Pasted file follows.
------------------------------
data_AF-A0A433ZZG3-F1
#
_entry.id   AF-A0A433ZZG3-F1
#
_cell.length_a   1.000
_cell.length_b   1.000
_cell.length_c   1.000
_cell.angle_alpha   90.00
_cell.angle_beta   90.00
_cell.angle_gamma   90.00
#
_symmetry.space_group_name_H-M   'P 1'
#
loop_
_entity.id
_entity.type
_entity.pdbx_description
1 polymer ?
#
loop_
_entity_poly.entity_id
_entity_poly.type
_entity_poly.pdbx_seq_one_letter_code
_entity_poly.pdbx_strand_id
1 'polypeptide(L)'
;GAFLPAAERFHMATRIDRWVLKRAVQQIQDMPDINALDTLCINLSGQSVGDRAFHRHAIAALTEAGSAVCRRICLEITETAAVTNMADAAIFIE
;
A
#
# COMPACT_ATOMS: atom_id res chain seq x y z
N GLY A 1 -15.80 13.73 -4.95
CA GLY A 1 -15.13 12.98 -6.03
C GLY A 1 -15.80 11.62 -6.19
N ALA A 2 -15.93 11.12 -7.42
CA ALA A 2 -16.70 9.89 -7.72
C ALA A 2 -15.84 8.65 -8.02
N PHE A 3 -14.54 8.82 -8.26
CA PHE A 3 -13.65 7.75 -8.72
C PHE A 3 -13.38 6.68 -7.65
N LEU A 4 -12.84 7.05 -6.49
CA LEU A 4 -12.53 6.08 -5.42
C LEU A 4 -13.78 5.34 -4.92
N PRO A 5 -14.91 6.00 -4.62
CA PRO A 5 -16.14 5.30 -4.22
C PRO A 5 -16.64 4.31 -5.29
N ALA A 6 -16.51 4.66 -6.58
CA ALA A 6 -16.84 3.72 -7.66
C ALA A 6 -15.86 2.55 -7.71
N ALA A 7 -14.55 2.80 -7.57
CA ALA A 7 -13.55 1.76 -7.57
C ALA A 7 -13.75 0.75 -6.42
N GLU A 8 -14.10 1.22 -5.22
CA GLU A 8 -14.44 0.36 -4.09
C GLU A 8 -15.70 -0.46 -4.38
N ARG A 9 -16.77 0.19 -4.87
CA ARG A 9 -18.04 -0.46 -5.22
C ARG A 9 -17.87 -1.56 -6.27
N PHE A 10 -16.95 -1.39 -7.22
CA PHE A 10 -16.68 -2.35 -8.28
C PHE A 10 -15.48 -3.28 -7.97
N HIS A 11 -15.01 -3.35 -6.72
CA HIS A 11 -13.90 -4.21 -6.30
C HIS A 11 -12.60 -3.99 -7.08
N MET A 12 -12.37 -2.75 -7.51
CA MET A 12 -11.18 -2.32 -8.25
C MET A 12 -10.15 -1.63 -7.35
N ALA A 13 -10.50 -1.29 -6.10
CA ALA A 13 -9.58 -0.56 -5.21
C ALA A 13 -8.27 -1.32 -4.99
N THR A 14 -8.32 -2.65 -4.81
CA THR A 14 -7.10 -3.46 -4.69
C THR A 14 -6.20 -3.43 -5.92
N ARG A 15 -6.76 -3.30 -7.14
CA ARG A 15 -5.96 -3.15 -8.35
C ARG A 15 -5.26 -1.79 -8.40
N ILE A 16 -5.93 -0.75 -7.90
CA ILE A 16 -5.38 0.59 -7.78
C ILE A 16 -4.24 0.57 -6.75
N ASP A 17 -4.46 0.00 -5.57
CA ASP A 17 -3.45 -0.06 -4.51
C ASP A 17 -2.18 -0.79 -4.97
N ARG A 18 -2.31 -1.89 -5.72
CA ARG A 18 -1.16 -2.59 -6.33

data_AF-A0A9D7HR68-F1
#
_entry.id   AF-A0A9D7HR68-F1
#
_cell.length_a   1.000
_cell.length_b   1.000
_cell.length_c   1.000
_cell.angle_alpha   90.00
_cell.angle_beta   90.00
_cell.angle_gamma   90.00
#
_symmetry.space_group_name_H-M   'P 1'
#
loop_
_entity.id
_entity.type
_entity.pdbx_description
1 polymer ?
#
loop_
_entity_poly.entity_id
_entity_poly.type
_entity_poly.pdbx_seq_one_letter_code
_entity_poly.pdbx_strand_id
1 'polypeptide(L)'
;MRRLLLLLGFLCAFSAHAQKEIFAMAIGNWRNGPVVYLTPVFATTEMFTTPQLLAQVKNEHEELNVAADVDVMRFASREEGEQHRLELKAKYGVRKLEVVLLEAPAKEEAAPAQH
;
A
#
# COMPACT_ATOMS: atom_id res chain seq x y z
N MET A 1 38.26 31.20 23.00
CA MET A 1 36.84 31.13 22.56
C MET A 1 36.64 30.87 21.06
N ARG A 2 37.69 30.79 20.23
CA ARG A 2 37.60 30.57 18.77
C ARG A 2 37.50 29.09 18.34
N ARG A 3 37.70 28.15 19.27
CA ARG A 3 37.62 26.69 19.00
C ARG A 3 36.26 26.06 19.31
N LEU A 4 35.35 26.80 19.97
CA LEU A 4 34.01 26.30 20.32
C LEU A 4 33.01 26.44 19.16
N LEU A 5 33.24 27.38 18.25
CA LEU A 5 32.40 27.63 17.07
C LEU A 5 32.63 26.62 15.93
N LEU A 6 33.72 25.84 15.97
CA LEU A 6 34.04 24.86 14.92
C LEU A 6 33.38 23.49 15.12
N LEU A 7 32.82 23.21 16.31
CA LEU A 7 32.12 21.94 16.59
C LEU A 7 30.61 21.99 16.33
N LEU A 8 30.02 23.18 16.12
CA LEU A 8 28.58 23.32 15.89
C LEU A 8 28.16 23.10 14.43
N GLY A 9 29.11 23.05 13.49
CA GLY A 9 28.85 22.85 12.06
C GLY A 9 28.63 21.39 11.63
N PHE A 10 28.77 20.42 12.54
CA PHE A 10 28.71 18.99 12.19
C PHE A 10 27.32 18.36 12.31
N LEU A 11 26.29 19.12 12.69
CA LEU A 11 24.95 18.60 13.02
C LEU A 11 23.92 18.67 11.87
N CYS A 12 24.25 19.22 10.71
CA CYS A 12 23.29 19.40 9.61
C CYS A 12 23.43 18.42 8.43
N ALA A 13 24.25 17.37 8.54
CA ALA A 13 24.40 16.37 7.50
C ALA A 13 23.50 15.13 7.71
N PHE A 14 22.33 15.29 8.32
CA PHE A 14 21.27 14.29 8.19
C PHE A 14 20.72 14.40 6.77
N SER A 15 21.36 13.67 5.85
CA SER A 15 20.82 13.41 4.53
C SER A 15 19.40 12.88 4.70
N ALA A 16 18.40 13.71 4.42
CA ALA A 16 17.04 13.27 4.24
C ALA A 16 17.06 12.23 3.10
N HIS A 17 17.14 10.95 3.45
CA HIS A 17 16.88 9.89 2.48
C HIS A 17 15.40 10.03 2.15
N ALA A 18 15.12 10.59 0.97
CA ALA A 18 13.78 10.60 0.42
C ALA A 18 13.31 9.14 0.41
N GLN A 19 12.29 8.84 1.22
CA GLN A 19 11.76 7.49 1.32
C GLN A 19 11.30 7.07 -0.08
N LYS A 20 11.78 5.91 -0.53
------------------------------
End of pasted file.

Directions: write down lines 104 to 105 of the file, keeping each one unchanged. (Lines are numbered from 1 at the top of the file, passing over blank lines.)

_entity_poly.entity_id
_entity_poly.type